The Unified Modeling Language or UML notation is probably the most well known and regularly used visual representation of programs that you’ll find in software development. There are a wide range of diagrams to help you specify your data and processes before you start programming. They help you clarify requirements and limitations, speed up the implementation, provide a guide for thorough testing, and prevent bugs from sneaking in throughout the entire software development process.
If you aren’t using them, why not? 😉
In previous posts, you have seen two examples of behavioural diagrams (use case models and activity diagrams). I’d like to jump to the other category of UML diagrams – structural diagrams. Probably the most well known structural diagram are class diagrams, which specify the data structures and their relationships within your program.
Of course, you can develop the different UML diagrams in the order that you prefer. But as you work on later diagrams, especially those in the other category, you’ll almost certainly find you have missed things. It’s perfectly normal to need to correct or modify your earlier diagrams – think of it as parallel diagramming!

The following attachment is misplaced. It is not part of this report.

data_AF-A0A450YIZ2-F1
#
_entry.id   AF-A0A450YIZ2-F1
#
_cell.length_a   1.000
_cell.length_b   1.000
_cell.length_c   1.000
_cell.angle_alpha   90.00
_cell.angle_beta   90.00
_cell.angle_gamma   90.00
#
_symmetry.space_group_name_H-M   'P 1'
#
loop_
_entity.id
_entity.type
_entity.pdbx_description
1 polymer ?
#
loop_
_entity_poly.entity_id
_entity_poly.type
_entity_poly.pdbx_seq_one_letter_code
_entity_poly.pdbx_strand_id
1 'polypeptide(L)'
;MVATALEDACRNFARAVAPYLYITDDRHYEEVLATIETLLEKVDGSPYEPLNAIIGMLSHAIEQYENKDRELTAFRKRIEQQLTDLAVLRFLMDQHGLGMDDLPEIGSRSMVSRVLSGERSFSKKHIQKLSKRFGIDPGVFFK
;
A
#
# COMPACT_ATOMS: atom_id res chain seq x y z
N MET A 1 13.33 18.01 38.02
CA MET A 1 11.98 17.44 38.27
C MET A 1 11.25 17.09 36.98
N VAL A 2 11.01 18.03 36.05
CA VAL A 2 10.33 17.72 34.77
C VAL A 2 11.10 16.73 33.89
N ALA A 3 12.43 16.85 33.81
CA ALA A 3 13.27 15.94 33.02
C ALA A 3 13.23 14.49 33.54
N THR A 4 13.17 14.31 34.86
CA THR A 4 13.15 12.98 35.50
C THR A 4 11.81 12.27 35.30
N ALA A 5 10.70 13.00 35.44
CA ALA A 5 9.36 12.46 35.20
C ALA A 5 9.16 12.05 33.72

Class diagrams are not just used for programming
For example, business analysts can model the company structure of assets and processes associated with them.
UML class diagram notation
Unsurprisingly, your program’s classes go into a class diagram, including their attributes (variables) and methods (functions). These diagrams form the foundation of object oriented programming.